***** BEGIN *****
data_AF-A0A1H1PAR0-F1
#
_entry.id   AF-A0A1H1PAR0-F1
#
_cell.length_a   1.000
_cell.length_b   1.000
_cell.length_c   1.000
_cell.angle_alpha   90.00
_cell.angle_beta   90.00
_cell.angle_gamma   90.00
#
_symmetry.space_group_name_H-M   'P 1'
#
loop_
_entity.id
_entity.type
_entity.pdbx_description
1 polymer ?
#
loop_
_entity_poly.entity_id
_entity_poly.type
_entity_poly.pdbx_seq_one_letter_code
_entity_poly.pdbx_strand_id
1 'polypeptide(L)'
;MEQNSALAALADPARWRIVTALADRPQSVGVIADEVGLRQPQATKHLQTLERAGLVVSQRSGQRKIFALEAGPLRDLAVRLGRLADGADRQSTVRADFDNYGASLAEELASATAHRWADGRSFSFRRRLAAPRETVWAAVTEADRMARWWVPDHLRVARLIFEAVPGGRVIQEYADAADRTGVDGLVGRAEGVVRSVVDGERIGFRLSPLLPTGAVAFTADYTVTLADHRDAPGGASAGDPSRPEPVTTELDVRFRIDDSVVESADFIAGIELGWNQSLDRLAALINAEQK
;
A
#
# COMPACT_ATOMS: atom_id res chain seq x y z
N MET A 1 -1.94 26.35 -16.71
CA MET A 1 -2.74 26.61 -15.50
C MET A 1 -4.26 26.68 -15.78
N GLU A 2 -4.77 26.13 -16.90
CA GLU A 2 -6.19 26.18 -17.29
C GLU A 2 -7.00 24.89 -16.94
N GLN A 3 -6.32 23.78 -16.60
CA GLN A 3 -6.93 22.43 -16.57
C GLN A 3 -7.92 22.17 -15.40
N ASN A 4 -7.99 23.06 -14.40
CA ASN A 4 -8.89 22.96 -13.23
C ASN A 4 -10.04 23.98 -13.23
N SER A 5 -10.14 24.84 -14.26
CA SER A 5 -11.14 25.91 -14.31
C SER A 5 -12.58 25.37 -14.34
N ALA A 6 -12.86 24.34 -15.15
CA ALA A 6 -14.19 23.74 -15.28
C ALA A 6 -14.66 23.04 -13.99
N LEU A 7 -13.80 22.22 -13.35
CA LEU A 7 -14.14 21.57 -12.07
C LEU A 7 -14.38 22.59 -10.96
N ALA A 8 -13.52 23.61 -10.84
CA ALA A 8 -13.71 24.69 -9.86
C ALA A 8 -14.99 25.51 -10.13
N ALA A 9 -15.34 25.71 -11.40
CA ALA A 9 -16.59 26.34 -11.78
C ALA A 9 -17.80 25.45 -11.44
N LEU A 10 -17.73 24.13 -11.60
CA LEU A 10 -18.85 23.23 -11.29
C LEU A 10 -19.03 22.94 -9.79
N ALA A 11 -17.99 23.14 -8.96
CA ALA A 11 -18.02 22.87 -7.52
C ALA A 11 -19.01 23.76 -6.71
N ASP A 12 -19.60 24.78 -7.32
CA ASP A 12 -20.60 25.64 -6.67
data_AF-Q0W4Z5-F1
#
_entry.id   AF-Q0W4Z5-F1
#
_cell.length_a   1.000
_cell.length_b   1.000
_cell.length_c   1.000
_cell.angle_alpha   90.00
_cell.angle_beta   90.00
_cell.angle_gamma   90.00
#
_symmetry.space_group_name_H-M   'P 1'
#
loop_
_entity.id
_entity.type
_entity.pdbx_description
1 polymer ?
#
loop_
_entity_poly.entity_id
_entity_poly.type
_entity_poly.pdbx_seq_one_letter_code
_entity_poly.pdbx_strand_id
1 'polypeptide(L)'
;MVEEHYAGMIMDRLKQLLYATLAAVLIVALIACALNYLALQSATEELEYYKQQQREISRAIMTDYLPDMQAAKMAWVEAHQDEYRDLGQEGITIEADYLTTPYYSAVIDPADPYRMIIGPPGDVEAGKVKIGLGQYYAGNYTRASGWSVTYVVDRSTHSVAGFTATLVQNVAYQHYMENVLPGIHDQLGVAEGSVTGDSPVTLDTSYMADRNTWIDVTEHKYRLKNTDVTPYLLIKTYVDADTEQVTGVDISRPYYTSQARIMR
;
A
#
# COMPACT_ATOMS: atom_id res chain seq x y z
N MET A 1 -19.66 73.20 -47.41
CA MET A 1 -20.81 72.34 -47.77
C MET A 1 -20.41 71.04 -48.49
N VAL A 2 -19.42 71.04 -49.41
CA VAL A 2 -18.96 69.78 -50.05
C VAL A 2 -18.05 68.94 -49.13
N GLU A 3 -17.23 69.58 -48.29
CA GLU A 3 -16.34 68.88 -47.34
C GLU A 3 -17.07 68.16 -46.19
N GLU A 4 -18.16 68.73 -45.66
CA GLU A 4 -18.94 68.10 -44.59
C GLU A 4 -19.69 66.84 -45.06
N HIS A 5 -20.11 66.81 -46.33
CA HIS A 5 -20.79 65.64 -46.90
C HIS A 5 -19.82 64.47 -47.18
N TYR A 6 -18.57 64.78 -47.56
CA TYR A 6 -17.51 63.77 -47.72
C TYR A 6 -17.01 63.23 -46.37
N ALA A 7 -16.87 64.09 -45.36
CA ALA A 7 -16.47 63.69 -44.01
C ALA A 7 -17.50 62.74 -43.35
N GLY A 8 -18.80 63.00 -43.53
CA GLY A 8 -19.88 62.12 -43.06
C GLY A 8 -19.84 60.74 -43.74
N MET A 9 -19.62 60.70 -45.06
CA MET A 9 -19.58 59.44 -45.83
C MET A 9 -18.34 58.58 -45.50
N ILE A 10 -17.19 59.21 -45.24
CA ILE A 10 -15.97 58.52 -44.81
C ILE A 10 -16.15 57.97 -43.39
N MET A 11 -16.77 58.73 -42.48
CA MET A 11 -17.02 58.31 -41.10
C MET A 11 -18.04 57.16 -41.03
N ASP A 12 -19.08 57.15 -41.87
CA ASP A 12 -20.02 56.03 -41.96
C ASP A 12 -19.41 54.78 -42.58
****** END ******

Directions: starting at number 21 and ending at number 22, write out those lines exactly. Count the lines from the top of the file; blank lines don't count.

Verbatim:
_entity_poly.entity_id
_entity_poly.type